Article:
A recent exposé on Facebook’s content moderators from The Verge reveals details that suggest Facebook may not be devoting enough resources to the issue (moderators earned just $28,800 per year, and receive no support for “PTSD-like symptoms” they develop after leaving the job) and even demonstrated insensitivity to the Muslim faith within its moderating teams (The Verge reports two Muslim employees were told they couldn’t pray during their nine minutes per day of “wellness time”).
In an open letter, the Chairman of Homeland Security has criticized four major tech companies for not doing enough to remove violent terrorist content in the wake of the shooting, including Twitter and Microsoft, alongside Facebook and YouTube.
“You must do better,” Rep. Bennie G. Thompson wrote. “It is clear from the recent pattern of horrific mass violence and thwarted attempts at mass violence — here and abroad — that this is not merely an American issue but a global one. Your companies must prioritize responding to these toxic and violent ideologies with resources and attention. If you are unwilling to do so, Congress must consider policies to ensure that terrorist content is not distributed on your platforms — including by studying the examples being set by other countries.”
New Zealand’s reaction to the event seems to align with CFCM’s argument that hosting the video is inciting violence. Not only did New Zealand’s response include a swiftly enacted “ban on all military-style, semi-automatic weapons,” but it also included a ban of a 74-page manifesto from one of the shooting suspects, because it “promotes murder and terrorism.”
How Social Media Platforms Deal with Accountability
Social media giants have taken strides to address a variety of content moderation concerns across the past few years. YouTube, in particular, has dealt with conspiracy theories by attempting to downrank misleading footage and, in February, moving to demonetize videos advocating against vaccines.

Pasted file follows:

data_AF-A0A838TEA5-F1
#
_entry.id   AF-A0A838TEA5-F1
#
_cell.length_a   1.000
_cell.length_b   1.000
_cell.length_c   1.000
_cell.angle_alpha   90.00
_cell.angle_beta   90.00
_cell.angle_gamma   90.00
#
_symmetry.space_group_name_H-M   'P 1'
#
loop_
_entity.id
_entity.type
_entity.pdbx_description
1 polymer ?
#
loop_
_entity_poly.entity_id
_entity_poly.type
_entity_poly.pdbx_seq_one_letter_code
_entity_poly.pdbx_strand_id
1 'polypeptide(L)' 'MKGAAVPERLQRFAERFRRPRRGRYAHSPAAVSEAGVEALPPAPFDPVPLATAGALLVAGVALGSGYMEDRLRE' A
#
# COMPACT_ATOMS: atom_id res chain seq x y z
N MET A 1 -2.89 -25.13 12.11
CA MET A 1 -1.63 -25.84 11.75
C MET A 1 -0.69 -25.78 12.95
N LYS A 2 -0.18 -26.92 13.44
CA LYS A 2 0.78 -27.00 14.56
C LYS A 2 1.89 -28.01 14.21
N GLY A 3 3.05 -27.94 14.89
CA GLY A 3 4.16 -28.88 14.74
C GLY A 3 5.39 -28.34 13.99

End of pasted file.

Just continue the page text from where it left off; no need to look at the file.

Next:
Around the same time, YouTube faced another issue – reports of a “soft-core pedophilia ring” led YouTube to block comments on videos prominently featuring children. Finally, YouTube deleted a second channel used by already-banned conspiracy theorist Alex Jones, on which Jones had uploaded a video claiming the Christchurch shooting was a “false flag” attack.
Social media is also increasingly called out by governments for a lack of social empathy. A recent UK government report has noted a correlation between social media use and mental health or self-esteem issues. Facebook’s failures with tamping down disturbing and violent video have been critiqued in the past, as have YouTube’s.
Why do Facebook and YouTube consistently face moderation failures? The bottom line is that, at big tech companies, moderation of content comes second to a core mission to sell data and advertising. That needs to fundamentally change to solve the issue. If it does, it’ll happen slowly and only due to greater pressure from governments and users.
Thanks to their scale, social media platforms face unprecedented challenges in moderating online content. Public scrutiny, whether from US representatives or from French-Muslim advocacy groups, is still on the rise.